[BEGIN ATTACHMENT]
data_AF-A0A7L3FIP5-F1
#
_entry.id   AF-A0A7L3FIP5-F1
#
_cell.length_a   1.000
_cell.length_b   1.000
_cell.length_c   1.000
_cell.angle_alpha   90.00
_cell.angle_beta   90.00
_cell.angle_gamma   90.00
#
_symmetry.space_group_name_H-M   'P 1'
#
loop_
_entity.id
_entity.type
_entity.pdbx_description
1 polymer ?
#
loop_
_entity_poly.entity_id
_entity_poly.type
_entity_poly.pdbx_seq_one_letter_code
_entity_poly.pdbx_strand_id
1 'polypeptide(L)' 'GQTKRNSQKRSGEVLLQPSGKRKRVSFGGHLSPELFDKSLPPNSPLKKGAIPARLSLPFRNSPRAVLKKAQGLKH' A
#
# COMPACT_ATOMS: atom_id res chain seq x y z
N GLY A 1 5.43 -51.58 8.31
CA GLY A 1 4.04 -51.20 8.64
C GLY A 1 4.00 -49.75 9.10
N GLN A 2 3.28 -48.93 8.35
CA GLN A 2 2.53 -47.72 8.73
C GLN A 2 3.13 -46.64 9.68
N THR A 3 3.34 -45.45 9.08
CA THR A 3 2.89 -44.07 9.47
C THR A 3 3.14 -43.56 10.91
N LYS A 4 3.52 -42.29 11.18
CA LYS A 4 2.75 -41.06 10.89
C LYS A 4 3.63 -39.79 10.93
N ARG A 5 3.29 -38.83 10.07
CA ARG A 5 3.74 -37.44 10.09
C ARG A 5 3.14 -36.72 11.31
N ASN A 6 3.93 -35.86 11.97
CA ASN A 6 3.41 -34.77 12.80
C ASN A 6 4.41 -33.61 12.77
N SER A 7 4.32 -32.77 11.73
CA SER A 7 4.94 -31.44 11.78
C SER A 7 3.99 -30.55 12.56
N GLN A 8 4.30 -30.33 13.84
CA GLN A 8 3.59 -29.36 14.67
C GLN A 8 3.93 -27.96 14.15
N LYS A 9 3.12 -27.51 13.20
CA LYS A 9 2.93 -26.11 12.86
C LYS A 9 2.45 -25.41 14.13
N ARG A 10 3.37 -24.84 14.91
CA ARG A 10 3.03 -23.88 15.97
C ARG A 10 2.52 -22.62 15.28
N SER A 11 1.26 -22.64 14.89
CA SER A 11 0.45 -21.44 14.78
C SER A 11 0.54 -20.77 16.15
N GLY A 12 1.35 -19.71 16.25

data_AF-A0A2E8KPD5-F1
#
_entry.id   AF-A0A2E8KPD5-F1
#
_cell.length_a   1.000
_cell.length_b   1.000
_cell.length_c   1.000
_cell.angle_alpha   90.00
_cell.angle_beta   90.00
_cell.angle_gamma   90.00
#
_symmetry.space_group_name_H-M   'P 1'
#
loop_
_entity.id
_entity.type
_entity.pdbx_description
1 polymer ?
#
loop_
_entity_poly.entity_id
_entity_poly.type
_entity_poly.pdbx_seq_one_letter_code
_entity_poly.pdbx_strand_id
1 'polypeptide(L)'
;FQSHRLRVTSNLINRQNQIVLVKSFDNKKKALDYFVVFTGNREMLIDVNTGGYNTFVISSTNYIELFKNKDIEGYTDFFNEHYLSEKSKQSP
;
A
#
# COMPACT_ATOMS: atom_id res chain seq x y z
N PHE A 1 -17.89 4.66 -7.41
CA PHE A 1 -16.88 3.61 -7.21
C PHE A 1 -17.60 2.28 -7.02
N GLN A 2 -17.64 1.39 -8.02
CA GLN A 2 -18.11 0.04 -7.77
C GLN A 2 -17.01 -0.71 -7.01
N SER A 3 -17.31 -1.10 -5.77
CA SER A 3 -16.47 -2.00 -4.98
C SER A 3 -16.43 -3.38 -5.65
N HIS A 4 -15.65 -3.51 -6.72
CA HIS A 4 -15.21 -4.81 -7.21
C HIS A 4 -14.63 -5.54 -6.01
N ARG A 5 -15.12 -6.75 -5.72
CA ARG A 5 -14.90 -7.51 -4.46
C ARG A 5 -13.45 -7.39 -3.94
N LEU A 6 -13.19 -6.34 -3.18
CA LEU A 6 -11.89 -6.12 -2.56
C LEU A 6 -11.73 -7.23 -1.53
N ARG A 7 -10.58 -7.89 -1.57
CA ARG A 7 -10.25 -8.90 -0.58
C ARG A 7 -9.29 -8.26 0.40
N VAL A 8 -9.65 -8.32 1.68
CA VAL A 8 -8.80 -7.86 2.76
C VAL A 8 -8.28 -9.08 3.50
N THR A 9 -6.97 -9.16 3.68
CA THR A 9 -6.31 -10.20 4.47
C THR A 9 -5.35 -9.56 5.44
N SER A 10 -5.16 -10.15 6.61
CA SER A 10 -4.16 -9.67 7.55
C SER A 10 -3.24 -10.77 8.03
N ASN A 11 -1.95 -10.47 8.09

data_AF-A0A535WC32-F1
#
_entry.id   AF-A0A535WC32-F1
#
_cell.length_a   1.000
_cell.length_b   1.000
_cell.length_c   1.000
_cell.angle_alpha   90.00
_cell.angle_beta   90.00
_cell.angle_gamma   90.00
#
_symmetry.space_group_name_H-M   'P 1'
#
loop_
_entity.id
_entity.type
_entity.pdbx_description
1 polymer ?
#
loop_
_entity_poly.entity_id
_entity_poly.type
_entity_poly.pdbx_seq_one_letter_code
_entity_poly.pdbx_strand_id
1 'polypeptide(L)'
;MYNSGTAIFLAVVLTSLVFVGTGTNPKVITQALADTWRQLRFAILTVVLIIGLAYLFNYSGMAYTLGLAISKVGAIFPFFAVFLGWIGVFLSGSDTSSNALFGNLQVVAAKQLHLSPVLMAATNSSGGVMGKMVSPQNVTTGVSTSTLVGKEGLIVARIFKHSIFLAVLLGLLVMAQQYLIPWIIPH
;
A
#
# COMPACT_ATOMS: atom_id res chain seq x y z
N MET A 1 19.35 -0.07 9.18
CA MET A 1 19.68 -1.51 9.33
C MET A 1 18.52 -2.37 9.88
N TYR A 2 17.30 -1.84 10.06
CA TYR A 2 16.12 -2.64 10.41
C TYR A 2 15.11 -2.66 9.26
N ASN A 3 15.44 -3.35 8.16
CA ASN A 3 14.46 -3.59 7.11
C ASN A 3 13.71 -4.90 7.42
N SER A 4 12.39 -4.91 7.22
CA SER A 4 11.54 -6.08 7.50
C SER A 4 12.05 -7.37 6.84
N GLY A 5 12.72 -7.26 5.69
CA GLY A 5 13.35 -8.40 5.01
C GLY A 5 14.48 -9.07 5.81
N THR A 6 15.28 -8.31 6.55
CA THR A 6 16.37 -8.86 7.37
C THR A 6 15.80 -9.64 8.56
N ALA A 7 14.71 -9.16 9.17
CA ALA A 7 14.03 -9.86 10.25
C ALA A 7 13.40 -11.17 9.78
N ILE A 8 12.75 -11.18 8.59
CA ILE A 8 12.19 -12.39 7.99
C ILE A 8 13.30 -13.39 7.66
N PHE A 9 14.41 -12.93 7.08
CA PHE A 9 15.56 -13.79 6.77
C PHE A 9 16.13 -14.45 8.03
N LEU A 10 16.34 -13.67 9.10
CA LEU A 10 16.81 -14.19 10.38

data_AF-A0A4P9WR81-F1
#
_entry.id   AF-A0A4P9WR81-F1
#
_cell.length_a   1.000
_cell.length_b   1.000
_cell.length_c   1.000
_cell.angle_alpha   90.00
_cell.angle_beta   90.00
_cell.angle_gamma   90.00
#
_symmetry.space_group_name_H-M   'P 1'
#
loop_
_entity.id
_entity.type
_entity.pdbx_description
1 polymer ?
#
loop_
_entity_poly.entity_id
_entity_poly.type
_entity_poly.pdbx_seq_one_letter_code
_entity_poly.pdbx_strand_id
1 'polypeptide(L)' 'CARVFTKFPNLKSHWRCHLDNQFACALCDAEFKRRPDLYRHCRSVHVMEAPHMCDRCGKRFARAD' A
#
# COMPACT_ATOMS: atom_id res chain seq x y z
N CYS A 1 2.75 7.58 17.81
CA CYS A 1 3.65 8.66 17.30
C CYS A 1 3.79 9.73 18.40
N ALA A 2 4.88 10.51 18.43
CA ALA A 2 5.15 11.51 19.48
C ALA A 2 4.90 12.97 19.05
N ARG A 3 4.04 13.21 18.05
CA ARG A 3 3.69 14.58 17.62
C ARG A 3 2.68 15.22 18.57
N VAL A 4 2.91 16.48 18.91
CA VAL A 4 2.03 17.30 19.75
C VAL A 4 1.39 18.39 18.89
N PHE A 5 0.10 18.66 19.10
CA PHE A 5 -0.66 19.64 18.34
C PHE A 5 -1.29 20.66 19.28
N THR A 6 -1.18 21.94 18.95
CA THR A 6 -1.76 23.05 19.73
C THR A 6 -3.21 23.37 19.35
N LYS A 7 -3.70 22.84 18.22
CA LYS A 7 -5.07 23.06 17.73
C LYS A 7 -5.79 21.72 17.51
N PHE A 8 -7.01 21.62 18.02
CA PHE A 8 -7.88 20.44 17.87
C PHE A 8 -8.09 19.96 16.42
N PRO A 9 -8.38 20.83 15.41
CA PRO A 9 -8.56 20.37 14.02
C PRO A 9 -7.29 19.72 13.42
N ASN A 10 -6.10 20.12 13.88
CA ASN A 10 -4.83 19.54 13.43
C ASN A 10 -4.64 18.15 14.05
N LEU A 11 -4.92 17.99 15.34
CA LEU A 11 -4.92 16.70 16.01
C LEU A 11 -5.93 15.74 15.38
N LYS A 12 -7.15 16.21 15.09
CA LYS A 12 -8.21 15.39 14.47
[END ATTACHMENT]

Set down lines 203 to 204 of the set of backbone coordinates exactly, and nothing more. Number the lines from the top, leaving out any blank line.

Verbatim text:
_entity_poly.type
_entity_poly.pdbx_seq_one_letter_code